Let me ask you a few questions about your dog:
1. Can you attach a photo of the skin and sores?
2. Does she have any bald spots?
3. Has she tried any steroids or antihistamines?
Is there any way you can post a photo?
Itching dogs can be very frustrating. I would encourage you to have your vet perform a few tests to get to the bottom of this problem.
1-Skin scrape to check for mange.
2-Fungal culture to check for ringworm.
3-Culture and sensitivity to find out what is growing on the skin and what medication is effective.
If these tests are negative, you may need to run some bloodwork to check for underlying diseases such as underactive thyroid or cushing's disease, both of which can lead to skin problems.
Once all these tests are run, and the conditions mentioned have been ruled out, then we are left with the likely diagnosis of allergies. Allergies are diagnoses of exclusion. That means that we have to rule everything else out, then we can call it an allergy. Once we determine that an allergy is the likely diagnosis, then we have to determine what kind of allergy we are dealing with.
In Florida, and in many other parts of the country, flea allergies are very common. You may live somewhere like Colorado (I don't know) that doesn't have fleas, but I will mention this anyways. The most effective treatment for flea allergy dermatitis (FAD) is to use a quality flea preventative. I usually recommend advantage or comfortis. You may even need to use it more frequently than it says on the label to assure complete flea prevention. Every 4 weeks is the norm, but you may need to go to every 3 or even every 2 weeks for adequate control depending on the environment. Fleas are an environmental problem. For every adult flea on the pet, there are 100 eggs and immature larva in the environment. Both inside and outside the house need to be treated, and repeated regularly. Flea larva love carpets, dog beds, cracks in wood laminate, sofas, kid's bed, and the yard among other places. You may need a professional to get involved. Fleas are very good at what they do so regular treatment of both inside and outside the house is necessary to control the overall population of fleas in the environment.
Another type of very common allergy is atopy, or topical allergy. This is when the dog is allergic to environmental allergens such as dust mites, grasses, pollens, molds and other microscopic allergens. Treatment for this type of allergy involves frequent baths (which you are doing) up to 3x per week. A daily fish oil supplement is also recommended for life. Omega-3 (fish oil) has a natural anti-inflammatory effect and concentrates in skin for dogs. A daily supplement will help reduce the need for anti-itch medication and can reduce the clinical signs.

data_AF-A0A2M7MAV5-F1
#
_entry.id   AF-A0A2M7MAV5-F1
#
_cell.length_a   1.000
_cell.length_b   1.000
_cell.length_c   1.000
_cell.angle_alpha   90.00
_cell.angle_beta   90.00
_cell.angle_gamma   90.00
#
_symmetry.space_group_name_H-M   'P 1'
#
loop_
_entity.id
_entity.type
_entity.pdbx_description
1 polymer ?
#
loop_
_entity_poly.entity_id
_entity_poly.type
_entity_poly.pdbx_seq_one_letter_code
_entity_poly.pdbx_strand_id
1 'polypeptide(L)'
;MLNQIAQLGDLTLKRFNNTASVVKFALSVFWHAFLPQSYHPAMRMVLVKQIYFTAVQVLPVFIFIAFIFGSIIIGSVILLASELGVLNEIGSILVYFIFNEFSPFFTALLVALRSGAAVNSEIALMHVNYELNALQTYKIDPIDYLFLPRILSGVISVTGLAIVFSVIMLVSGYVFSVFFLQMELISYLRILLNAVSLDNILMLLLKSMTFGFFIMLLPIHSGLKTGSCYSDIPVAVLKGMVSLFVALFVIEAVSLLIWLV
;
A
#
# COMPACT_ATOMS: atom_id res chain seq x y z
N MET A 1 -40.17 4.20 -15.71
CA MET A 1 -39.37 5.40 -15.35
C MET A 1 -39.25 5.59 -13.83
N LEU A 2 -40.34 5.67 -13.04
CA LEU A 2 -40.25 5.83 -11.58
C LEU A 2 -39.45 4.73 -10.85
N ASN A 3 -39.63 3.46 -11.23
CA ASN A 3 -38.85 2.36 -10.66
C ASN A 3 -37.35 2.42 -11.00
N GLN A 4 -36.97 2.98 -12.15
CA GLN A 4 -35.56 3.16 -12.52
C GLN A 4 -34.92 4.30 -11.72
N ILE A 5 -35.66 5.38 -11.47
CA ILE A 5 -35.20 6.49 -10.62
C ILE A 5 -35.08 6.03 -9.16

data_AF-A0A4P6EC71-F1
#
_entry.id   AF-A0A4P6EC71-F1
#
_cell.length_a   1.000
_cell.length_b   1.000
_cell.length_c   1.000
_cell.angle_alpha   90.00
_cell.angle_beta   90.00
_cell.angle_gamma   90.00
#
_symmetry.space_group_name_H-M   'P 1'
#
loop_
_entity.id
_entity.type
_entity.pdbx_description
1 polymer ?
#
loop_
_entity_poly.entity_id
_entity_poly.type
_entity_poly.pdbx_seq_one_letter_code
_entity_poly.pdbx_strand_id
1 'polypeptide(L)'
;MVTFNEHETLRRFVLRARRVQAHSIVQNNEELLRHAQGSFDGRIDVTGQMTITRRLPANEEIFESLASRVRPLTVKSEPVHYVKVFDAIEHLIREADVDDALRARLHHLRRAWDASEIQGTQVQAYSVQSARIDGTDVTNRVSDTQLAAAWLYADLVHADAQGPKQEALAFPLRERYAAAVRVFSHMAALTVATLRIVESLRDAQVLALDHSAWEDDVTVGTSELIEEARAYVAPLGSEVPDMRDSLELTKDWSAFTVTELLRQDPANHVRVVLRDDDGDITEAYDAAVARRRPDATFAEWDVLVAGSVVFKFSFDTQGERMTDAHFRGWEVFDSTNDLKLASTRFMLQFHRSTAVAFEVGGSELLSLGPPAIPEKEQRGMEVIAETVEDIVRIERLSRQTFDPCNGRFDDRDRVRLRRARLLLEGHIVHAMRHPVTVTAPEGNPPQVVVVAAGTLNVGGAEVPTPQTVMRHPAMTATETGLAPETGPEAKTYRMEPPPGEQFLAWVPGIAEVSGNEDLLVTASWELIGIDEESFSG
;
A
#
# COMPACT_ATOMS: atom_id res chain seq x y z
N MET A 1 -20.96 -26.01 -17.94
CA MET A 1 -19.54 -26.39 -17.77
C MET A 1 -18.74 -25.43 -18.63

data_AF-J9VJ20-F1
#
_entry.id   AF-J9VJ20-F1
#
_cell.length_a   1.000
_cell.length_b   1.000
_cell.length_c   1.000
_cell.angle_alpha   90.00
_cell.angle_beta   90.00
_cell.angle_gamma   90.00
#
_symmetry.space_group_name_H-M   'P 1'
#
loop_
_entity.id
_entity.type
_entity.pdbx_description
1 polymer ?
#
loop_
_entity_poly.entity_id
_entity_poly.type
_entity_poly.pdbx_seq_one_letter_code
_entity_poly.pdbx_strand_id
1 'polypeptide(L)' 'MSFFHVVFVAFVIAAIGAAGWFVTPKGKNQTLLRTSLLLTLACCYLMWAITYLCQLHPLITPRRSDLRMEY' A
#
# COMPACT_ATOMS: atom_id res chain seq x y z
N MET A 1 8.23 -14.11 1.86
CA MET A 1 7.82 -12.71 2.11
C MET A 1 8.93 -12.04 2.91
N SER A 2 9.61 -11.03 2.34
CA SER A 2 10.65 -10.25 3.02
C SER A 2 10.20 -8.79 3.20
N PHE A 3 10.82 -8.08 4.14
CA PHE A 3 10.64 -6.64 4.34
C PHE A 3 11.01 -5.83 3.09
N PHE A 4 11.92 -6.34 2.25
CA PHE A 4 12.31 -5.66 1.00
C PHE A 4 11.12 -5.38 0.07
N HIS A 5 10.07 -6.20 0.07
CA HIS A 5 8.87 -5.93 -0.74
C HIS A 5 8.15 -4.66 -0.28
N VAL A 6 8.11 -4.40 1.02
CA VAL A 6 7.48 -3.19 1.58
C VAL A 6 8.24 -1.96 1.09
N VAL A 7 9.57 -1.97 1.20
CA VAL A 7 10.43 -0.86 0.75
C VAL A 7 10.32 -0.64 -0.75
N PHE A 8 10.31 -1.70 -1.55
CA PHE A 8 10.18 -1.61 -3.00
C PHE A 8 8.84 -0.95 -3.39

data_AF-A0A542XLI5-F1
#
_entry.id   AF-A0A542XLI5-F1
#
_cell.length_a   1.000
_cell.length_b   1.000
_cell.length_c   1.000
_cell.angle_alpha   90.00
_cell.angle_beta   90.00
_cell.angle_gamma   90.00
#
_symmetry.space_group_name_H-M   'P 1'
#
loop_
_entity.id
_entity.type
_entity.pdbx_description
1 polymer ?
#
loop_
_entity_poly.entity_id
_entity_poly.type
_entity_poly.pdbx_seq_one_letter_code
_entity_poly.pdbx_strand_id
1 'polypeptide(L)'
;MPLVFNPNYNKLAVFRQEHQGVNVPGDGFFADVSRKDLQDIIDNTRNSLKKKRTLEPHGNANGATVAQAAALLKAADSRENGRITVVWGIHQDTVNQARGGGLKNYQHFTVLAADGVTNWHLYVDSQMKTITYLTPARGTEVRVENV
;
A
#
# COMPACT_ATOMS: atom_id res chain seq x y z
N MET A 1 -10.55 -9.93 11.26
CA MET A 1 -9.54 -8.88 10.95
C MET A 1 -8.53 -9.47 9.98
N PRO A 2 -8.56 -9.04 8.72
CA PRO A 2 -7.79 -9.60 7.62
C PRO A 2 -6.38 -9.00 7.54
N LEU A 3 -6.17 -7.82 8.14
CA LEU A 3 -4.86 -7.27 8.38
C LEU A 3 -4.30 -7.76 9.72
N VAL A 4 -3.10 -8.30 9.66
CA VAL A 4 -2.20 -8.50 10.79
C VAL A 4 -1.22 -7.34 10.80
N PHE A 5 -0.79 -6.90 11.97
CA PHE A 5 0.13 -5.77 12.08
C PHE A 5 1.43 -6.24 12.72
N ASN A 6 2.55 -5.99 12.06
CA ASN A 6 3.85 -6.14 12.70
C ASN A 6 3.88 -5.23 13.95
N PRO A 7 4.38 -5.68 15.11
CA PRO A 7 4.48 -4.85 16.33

Antihistamines are also very useful. If the benadryl helps, then continue to use it. You can give up to 1 mg per pound every 8 hours as needed for comfort. It can cause sedation, but generally is very safe for use in all pets.
Another type of allergy is food allergy. Dogs can develop allergies to different components of their food, and it is difficult to determine which component is the guilty party. There is no good lab test to figure this out. The only way to do so is to run a food trial. This means putting the pet on a prescription hypoallergenic diet for a minimum of 8-10 weeks. The important thing to understand is that nothing else can go in the pet's mouth for the entire 8-10 weeks, or you are back at the starting point. The way the body responds to food allergens, it takes a long time for the body to clear them. Anything, and I mean, ANYTHING that goes in the pet's mouth is suspect. Even chewies, pigs ears, and monthly heartworm preventatives have to be considered as suspect. Once the trial has gone on for the minimum testing period, if the pet is doing better, I will sometimes suggest challenging them with their old food and see how they do. Or they can just stay on the hypoallergenic diet if they are doing well. Owner's choice.
A couple of other types of skin reactions can occur as well. Contact dermatitis (especially on the paws and belly) if there are caustic agents or plants in the area. Stings from insects and spiders can cause reactions as well. There are also various types of skin cancers that can occur. Usually biopsy is required at that point to come to a diagnosis.
One other point I would like to make. If the pet needs to be on oral meds for bacterial or fungal infection, usually a minimum of 4-6 weeks is needed to clear infections of the skin. Sometimes even up to 16 weeks in deep infections.
She may need to be put on steroids for a period of time to help control the itch until the appropriate treatment starts working to reduce the inflammation.
good luck and I hope this helps.